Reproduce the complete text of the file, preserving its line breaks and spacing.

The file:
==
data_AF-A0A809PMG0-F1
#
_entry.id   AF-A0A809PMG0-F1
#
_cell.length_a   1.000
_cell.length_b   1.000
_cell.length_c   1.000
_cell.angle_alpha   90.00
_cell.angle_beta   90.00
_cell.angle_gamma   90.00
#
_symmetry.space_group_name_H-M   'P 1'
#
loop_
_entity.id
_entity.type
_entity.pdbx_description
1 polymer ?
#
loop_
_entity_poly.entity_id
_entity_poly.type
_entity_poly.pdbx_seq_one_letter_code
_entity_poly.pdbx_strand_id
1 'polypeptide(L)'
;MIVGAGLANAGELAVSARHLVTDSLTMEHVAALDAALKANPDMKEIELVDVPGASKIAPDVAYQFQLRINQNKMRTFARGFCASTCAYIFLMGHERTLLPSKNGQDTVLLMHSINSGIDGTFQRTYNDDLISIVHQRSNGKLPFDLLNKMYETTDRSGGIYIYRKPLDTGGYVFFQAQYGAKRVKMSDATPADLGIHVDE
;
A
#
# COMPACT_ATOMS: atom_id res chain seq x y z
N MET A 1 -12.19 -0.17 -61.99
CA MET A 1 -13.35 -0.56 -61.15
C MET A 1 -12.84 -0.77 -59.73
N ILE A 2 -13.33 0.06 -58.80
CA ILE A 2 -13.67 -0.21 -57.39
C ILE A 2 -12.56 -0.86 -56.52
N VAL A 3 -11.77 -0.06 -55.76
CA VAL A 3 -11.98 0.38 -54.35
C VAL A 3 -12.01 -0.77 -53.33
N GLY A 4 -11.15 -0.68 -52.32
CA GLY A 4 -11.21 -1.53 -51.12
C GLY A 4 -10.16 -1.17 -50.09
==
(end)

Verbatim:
data_AF-A0A809PMG0-F1
#
_entry.id   AF-A0A809PMG0-F1
#
_cell.length_a   1.000
_cell.length_b   1.000
_cell.length_c   1.000
_cell.angle_alpha   90.00
_cell.angle_beta   90.00
_cell.angle_gamma   90.00
#
_symmetry.space_group_name_H-M   'P 1'
#
loop_
_entity.id
_entity.type
_entity.pdbx_description
1 polymer ?
#
loop_
_entity_poly.entity_id
_entity_poly.type
_entity_poly.pdbx_seq_one_letter_code
_entity_poly.pdbx_strand_id
1 'polypeptide(L)'
;MIVGAGLANAGELAVSARHLVTDSLTMEHVAALDAALKANPDMKEIELVDVPGASKIAPDVAYQFQLRINQNKMRTFARGFCASTCAYIFLMGHERTLLPSKNGQDTVLLMHSINSGIDGTFQRTYNDDLISIVHQRSNGKLPFDLLNKMYETTDRSGGIYIYRKPLDTGGYVFFQAQYGAKRVKMSDATPADLGIHVDE
;
A
#
# COMPACT_ATOMS: atom_id res chain seq x y z
N MET A 1 -12.19 -0.17 -61.99
CA MET A 1 -13.35 -0.56 -61.15
C MET A 1 -12.84 -0.77 -59.73
N ILE A 2 -13.33 0.06 -58.80
CA ILE A 2 -13.67 -0.21 -57.39
C ILE A 2 -12.56 -0.86 -56.52
N VAL A 3 -11.77 -0.06 -55.76
CA VAL A 3 -11.98 0.38 -54.35
C VAL A 3 -12.01 -0.77 -53.33
N GLY A 4 -11.15 -0.68 -52.32
CA GLY A 4 -11.21 -1.53 -51.12
C GLY A 4 -10.16 -1.17 -50.09